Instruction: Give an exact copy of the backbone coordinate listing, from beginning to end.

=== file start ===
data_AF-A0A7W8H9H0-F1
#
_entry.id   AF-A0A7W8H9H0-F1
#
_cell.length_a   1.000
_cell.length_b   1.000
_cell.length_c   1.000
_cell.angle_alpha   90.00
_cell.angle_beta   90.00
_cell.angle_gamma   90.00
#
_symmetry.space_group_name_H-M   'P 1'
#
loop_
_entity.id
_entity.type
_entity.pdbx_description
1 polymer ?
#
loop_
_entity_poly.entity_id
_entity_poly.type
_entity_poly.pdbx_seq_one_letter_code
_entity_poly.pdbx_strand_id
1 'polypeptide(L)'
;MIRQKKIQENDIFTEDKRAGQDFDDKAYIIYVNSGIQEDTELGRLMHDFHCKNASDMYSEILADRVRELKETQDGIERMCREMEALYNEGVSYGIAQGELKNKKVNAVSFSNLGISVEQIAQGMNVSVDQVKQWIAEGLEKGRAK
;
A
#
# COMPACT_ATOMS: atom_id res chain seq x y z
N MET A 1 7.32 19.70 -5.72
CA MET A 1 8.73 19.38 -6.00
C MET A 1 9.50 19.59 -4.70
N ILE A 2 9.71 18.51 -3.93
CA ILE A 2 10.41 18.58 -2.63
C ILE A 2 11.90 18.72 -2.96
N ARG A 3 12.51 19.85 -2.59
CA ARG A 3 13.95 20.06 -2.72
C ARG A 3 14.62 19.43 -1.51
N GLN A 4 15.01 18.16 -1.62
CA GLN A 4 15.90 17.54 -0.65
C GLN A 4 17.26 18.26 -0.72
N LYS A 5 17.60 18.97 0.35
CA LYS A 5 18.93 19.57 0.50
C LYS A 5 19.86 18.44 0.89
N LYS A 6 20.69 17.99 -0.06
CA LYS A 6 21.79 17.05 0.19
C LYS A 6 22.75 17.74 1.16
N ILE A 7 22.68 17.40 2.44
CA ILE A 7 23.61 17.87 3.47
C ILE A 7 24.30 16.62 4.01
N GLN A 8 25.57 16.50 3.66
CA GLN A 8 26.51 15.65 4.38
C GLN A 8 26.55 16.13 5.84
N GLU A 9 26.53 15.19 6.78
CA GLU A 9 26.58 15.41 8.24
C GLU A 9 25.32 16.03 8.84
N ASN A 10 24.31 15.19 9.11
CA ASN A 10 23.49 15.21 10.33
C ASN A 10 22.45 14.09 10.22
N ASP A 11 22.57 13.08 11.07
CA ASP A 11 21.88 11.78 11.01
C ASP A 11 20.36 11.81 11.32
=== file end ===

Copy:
data_AF-A0A7W8H9H0-F1
#
_entry.id   AF-A0A7W8H9H0-F1
#
_cell.length_a   1.000
_cell.length_b   1.000
_cell.length_c   1.000
_cell.angle_alpha   90.00
_cell.angle_beta   90.00
_cell.angle_gamma   90.00
#
_symmetry.space_group_name_H-M   'P 1'
#
loop_
_entity.id
_entity.type
_entity.pdbx_description
1 polymer ?
#
loop_
_entity_poly.entity_id
_entity_poly.type
_entity_poly.pdbx_seq_one_letter_code
_entity_poly.pdbx_strand_id
1 'polypeptide(L)'
;MIRQKKIQENDIFTEDKRAGQDFDDKAYIIYVNSGIQEDTELGRLMHDFHCKNASDMYSEILADRVRELKETQDGIERMCREMEALYNEGVSYGIAQGELKNKKVNAVSFSNLGISVEQIAQGMNVSVDQVKQWIAEGLEKGRAK
;
A
#
# COMPACT_ATOMS: atom_id res chain seq x y z
N MET A 1 7.32 19.70 -5.72
CA MET A 1 8.73 19.38 -6.00
C MET A 1 9.50 19.59 -4.70
N ILE A 2 9.71 18.51 -3.93
CA ILE A 2 10.41 18.58 -2.63
C ILE A 2 11.90 18.72 -2.96
N ARG A 3 12.51 19.85 -2.59
CA ARG A 3 13.95 20.06 -2.72
C ARG A 3 14.62 19.43 -1.51
N GLN A 4 15.01 18.16 -1.62
CA GLN A 4 15.90 17.54 -0.65
C GLN A 4 17.26 18.26 -0.72
N LYS A 5 17.60 18.97 0.35
CA LYS A 5 18.93 19.57 0.50
C LYS A 5 19.86 18.44 0.89
N LYS A 6 20.69 17.99 -0.06
CA LYS A 6 21.79 17.05 0.19
C LYS A 6 22.75 17.74 1.16
N ILE A 7 22.68 17.40 2.44
CA ILE A 7 23.61 17.87 3.47
C ILE A 7 24.30 16.62 4.01
N GLN A 8 25.57 16.50 3.66
CA GLN A 8 26.51 15.65 4.38
C GLN A 8 26.55 16.13 5.84
N GLU A 9 26.53 15.19 6.78
CA GLU A 9 26.58 15.41 8.24
C GLU A 9 25.32 16.03 8.84
N ASN A 10 24.31 15.19 9.11
CA ASN A 10 23.49 15.21 10.33
C ASN A 10 22.45 14.09 10.22
N ASP A 11 22.57 13.08 11.07
CA ASP A 11 21.88 11.78 11.01
C ASP A 11 20.36 11.81 11.32